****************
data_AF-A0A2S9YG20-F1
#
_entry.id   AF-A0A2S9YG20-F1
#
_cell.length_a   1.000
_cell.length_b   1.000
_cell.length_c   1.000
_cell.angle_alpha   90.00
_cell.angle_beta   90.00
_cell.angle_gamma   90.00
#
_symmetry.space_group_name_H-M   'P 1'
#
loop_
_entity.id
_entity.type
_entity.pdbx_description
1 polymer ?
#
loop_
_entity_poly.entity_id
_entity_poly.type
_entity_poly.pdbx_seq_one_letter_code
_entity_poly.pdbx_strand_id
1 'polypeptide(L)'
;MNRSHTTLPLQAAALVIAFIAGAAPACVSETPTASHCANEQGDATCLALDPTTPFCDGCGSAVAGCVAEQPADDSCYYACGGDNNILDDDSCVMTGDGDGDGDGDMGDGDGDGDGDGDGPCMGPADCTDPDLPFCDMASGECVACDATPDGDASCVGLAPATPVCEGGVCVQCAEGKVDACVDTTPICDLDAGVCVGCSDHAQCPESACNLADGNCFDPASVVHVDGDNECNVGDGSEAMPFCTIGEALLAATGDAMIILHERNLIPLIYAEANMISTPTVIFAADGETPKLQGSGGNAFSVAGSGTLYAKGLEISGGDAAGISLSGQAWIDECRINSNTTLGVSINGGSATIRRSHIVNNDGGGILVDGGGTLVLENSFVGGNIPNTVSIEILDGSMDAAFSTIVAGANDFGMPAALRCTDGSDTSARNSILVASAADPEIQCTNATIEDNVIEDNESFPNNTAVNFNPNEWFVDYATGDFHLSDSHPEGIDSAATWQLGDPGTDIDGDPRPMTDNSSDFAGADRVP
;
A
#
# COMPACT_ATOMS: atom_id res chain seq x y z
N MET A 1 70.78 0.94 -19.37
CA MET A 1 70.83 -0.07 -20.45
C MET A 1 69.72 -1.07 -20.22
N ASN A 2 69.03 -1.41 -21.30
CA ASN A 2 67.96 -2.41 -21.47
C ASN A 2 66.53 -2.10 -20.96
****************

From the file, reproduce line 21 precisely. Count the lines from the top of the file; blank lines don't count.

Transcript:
_entity_poly.entity_id